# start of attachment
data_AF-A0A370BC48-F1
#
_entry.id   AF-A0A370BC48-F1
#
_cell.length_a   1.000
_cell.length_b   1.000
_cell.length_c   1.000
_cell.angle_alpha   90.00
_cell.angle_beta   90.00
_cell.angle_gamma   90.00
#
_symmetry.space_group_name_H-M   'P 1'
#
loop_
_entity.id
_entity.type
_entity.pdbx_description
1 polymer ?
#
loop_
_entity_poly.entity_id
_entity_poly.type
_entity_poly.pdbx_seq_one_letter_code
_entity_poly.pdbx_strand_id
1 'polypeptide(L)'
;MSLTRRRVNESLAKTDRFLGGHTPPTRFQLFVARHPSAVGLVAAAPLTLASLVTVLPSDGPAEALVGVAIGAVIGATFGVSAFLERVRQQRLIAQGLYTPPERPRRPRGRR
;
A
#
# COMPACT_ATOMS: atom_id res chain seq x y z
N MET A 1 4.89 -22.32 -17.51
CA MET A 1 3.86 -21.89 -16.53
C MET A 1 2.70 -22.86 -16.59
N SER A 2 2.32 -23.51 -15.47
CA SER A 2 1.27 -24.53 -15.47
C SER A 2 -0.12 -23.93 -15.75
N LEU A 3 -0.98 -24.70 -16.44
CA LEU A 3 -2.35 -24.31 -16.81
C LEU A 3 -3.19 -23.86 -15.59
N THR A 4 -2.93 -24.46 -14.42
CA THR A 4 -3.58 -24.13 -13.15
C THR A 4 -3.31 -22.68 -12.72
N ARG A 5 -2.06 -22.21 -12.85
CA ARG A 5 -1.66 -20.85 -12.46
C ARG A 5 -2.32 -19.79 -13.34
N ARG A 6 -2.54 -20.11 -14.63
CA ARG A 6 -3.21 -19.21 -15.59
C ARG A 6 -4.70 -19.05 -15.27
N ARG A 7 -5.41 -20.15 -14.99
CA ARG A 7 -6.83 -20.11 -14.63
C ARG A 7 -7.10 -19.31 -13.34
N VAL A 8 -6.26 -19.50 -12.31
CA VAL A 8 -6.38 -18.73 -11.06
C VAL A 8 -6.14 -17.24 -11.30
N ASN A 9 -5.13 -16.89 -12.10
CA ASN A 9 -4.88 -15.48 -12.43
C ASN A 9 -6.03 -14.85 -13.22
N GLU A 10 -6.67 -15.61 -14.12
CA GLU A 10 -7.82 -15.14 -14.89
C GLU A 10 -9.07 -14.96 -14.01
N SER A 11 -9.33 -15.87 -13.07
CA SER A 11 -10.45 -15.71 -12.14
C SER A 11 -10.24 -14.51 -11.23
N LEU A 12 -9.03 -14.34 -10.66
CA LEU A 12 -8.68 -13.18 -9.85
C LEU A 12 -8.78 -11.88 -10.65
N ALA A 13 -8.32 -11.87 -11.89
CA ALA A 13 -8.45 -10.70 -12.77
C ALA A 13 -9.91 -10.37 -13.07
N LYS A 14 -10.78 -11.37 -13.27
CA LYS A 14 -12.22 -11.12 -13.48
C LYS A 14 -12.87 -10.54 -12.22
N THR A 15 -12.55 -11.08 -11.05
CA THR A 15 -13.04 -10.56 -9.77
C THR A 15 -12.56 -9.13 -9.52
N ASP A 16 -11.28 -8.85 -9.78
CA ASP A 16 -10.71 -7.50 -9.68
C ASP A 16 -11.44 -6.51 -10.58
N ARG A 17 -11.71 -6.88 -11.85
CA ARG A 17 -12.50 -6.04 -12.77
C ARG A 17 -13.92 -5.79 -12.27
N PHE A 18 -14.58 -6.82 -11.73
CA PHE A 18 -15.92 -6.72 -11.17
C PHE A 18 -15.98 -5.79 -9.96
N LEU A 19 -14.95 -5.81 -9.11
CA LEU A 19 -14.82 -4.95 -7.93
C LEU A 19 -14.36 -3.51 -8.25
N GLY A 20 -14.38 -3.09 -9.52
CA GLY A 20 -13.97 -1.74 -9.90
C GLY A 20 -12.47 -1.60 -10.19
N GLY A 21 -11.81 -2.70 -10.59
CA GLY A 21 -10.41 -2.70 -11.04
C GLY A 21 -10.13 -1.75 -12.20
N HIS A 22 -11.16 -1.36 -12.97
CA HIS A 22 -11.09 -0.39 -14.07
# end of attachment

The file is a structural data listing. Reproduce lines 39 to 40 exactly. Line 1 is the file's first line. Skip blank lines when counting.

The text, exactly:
C LEU A 3 -3.19 -23.86 -15.59
N THR A 4 -2.93 -24.46 -14.42